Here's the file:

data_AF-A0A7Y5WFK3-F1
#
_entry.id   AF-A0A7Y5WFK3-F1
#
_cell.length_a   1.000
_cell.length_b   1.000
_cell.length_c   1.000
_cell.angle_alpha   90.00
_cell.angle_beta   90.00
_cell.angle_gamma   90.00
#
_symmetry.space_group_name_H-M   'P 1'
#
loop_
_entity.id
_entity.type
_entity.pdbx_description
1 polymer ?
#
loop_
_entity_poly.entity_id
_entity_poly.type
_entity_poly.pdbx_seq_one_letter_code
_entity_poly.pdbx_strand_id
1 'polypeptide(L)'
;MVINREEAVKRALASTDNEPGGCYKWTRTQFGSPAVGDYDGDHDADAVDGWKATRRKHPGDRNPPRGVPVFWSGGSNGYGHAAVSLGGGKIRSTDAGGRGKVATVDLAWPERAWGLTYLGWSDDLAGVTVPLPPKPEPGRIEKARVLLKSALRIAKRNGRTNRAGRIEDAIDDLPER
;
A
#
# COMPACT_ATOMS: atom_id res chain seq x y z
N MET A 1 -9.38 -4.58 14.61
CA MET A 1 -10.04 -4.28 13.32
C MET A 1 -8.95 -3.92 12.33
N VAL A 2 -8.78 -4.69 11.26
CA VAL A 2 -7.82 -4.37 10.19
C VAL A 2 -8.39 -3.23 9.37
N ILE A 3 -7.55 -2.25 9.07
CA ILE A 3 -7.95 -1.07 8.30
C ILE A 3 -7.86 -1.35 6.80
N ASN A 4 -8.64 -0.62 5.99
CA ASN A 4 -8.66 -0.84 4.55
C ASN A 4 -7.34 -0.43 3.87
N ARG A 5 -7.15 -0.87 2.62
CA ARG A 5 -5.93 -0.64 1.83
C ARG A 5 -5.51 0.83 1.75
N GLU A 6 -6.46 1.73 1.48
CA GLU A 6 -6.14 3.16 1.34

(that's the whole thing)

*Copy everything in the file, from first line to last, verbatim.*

data_AF-A0A7Y5WFK3-F1
#
_entry.id   AF-A0A7Y5WFK3-F1
#
_cell.length_a   1.000
_cell.length_b   1.000
_cell.length_c   1.000
_cell.angle_alpha   90.00
_cell.angle_beta   90.00
_cell.angle_gamma   90.00
#
_symmetry.space_group_name_H-M   'P 1'
#
loop_
_entity.id
_entity.type
_entity.pdbx_description
1 polymer ?
#
loop_
_entity_poly.entity_id
_entity_poly.type
_entity_poly.pdbx_seq_one_letter_code
_entity_poly.pdbx_strand_id
1 'polypeptide(L)'
;MVINREEAVKRALASTDNEPGGCYKWTRTQFGSPAVGDYDGDHDADAVDGWKATRRKHPGDRNPPRGVPVFWSGGSNGYGHAAVSLGGGKIRSTDAGGRGKVATVDLAWPERAWGLTYLGWSDDLAGVTVPLPPKPEPGRIEKARVLLKSALRIAKRNGRTNRAGRIEDAIDDLPER
;
A
#
# COMPACT_ATOMS: atom_id res chain seq x y z
N MET A 1 -9.38 -4.58 14.61
CA MET A 1 -10.04 -4.28 13.32
C MET A 1 -8.95 -3.92 12.33
N VAL A 2 -8.78 -4.69 11.26
CA VAL A 2 -7.82 -4.37 10.19
C VAL A 2 -8.39 -3.23 9.37
N ILE A 3 -7.55 -2.25 9.07
CA ILE A 3 -7.95 -1.07 8.30
C ILE A 3 -7.86 -1.35 6.80
N ASN A 4 -8.64 -0.62 5.99
CA ASN A 4 -8.66 -0.84 4.55
C ASN A 4 -7.34 -0.43 3.87
N ARG A 5 -7.15 -0.87 2.62
CA ARG A 5 -5.93 -0.64 1.83
C ARG A 5 -5.51 0.83 1.75
N GLU A 6 -6.46 1.73 1.48
CA GLU A 6 -6.14 3.16 1.34